MANCHESTER, N.H. --There were no time limits, formal rules or reporters asking questions.
And if you ask Newt Gingrich and Jon Huntsman, they would say there were no clear winners or losers Monday night in what was billed as a "Lincoln-Douglas" presidential debate modeled after the 1858 meetings of Illinois Senate candidates Abraham Lincoln and Stephen Douglas.
In fact, after a 90-minute free-flowing discussion about foreign policy and national security, it was difficult to discern a single area where the Republican presidential contenders disagreed. There were no rhetorical bombs thrown. And what criticism surfaced was aimed at President Barack Obama and America's threats abroad.
Yet Gingrich was absolutely thrilled.
"This is what we should have a lot more of, because this is substantive," said Gingrich, the former House speaker. "This is not a Hollywood game. This is not a reality show. This is reality."
"There weren't any 'gotcha' moments," Gingrich told WMUR in Manchester. "There weren't any efforts to trap each other. But I think people who look at the totality of this dialogue will agree that it's probably as sophisticated and as candid a discussion of America and the world as you've seen in any recent presidential campaign."
In some ways, the format was a dream come true for Gingrich, a self-proclaimed historian and former college professor, whose intellect and willingness to challenge his rivals has aided a sudden rise in the polls. Having lost most of his campaign cash and staffers over the summer, he bet his presidential ambitions almost exclusively on national media interviews and debates.
But Monday's forum, in which the candidates discussed broad topics like Israel and China with only suggested time limits, gave the former speaker further freedom to showcase his knowledge of domestic and foreign affairs, without facing difficult questions about his personal life and controversial policies. It was his second such free-style discussion with a Republican rival — he met with former candidate Herman Cain last month — and may serve as a preview of things to come should Gingrich ultimately win the right to face President Barack Obama next fall.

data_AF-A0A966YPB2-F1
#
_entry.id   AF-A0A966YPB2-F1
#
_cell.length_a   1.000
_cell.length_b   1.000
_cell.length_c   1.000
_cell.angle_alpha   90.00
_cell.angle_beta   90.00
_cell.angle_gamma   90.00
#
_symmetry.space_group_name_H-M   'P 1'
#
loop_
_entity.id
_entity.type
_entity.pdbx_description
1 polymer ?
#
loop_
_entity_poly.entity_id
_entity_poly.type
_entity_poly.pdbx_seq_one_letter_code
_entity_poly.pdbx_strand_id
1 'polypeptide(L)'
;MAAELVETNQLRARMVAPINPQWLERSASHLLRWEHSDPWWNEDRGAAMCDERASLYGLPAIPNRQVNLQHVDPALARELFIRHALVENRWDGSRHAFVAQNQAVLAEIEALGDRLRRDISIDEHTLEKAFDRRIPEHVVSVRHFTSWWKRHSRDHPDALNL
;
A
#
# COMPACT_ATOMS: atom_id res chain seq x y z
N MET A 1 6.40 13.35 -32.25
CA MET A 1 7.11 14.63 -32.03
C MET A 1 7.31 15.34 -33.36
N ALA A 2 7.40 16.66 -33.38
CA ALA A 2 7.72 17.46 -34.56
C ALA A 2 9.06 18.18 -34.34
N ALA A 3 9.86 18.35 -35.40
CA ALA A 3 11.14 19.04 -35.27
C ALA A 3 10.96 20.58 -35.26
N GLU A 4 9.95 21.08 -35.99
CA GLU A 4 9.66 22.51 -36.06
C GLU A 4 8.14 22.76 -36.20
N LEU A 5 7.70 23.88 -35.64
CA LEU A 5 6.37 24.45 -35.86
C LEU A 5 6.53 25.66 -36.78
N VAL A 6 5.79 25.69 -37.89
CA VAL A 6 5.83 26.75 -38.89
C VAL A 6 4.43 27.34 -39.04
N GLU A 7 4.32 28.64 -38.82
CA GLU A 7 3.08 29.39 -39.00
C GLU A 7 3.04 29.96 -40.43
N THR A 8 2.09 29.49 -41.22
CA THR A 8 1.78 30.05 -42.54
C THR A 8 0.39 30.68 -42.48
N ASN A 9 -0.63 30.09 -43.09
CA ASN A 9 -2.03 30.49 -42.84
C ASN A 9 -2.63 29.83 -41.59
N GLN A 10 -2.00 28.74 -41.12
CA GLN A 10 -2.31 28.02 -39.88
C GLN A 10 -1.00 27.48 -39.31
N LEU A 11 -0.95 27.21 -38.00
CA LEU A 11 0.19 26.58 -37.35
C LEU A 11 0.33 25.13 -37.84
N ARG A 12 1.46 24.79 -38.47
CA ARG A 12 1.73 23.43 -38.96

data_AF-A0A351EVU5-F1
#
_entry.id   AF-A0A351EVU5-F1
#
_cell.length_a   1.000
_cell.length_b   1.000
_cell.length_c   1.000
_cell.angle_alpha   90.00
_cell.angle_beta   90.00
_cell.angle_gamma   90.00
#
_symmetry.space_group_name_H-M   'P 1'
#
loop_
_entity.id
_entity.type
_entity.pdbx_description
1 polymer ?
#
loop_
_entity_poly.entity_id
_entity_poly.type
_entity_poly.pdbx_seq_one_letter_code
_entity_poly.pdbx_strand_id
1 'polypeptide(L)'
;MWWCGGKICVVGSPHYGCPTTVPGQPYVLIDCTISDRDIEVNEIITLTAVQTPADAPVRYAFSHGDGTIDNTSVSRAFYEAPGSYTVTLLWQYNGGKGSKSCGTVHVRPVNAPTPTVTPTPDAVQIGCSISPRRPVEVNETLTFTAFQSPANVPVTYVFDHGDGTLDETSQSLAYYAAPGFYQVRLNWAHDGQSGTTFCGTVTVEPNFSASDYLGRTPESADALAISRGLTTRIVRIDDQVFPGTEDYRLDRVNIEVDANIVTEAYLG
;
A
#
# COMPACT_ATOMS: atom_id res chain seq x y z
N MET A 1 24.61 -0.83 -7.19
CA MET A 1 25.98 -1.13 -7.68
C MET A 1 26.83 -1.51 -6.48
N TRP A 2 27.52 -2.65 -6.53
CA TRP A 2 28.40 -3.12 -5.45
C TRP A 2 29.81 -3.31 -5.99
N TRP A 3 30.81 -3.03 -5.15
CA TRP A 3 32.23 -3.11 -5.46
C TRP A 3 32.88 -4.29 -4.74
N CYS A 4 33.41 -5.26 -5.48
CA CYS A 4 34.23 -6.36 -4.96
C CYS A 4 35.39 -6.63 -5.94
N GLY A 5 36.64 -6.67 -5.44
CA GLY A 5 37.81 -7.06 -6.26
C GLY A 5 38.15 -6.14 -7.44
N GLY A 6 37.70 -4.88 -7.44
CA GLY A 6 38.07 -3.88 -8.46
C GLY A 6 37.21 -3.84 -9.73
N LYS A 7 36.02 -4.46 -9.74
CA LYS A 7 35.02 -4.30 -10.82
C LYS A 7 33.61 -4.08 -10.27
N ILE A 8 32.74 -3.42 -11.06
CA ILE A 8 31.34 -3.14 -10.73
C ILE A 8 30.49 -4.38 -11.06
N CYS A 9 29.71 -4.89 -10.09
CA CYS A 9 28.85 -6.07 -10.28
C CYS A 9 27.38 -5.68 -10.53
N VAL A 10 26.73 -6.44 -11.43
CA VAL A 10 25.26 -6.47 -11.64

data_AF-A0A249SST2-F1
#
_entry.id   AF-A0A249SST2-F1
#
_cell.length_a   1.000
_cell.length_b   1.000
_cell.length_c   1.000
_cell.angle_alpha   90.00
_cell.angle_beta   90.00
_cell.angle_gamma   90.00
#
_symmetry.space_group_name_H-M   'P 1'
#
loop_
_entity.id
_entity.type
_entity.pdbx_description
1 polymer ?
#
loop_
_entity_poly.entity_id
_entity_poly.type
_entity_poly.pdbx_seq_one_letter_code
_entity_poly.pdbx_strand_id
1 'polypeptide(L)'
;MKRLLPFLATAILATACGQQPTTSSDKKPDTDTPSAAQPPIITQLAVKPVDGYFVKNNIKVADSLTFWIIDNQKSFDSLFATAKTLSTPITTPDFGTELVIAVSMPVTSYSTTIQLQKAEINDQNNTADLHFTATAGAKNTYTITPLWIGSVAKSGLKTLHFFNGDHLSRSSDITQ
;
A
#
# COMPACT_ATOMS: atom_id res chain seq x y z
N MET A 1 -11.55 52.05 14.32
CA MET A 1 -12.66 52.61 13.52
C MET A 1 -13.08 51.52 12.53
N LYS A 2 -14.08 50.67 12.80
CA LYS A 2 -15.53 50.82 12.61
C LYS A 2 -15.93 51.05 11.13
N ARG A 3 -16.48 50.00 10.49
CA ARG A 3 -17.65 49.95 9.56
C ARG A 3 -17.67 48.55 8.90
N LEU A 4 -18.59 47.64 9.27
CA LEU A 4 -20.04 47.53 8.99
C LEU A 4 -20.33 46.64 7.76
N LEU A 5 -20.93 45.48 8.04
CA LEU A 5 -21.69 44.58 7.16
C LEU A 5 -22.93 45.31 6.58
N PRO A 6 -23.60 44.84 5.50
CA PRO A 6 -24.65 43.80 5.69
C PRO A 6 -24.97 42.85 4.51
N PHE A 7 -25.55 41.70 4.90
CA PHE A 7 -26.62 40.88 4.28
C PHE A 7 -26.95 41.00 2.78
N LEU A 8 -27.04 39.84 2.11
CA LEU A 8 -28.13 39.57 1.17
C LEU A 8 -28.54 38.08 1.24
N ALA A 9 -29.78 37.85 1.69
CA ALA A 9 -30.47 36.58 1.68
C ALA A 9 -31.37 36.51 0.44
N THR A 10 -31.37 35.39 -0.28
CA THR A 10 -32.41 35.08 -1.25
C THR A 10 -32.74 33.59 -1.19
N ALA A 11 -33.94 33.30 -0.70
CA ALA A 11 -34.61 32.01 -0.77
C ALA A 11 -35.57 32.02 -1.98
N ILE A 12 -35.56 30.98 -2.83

Even before his rise in the polls, Gingrich had challenged Obama to a series of seven three-hour "Lincoln-Douglas" debates. And he reminds voters every chance he gets that he's willing and able to take on the president.
So eager is Gingrich that he all but called the president "a chicken" during a previous campaign stop Monday morning.
"The president is a Columbia and Harvard law graduate. He was the editor of Harvard Law Review. He is the best orator in the Democratic party," Gingrich said. "How does he look in a mirror and say to himself, 'I'm afraid to debate a teacher from West Georgia College?'"
The Obama campaign declined to respond.
But Gingrich says he won't give the president an option. He promised to resort to stalking if necessary.
"The White House will become my scheduler," he said, adding that everywhere the president delivers a speech, he'd show up and deliver his own rebuttal that same day.
He'd do it as long as it takes for Obama to give in.
"Four hours after he speaks, I will answer his speech every single speech from that day on. And I just think in the age of mass media, and blogs, and talk radio and 24-hour cable news, the White House won't be able to take more than two or three weeks of that."
This willingness to face off against his rivals — particularly Obama — drives confidence among his growing base of supporters.
"I think it's a great forum for Newt, because he's not a scripted candidate," said Jonathan White, a former priest and Gingrich supporter who lives in Amherst. "He doesn't stand up there with 30-second sound bites. He has over 30 years of experience in the government. He studied these issues all his life."
Indeed, there was no lightning round of questions Monday night. Gingrich was not asked about his three marriages or his cooperation with Nancy Pelosi on climate change.
Gingrich saved perhaps his harshest criticism for Iran, which he said needed regime change.
"They've had a consistent pattern of being our enemies," he said. "I believe we cannot allow them to have a nuclear weapon. Therefore I believe we have to be for regime change."
Huntsman largely agreed, as he did all night. It was dry enough at times to prompt Huntsman to joke about putting one of his daughters to sleep.
He too, was clearly happy to be in the spotlight awhile.
"This is the window -- New Hampshire. This is the window through which the rest of the country gets to see, analyze and assess the candidates running for the highest office in the land," he said. "You all punch above your weight, and when you make a decision come Jan. 10, the rest of the world looks."
Drew Cline, the opinion page editor for the New Hampshire Union Leader, perhaps summed it up best:
"This isn't a debate; it's a think tank panel. At this point, I'd heartily welcome Donald Trump."
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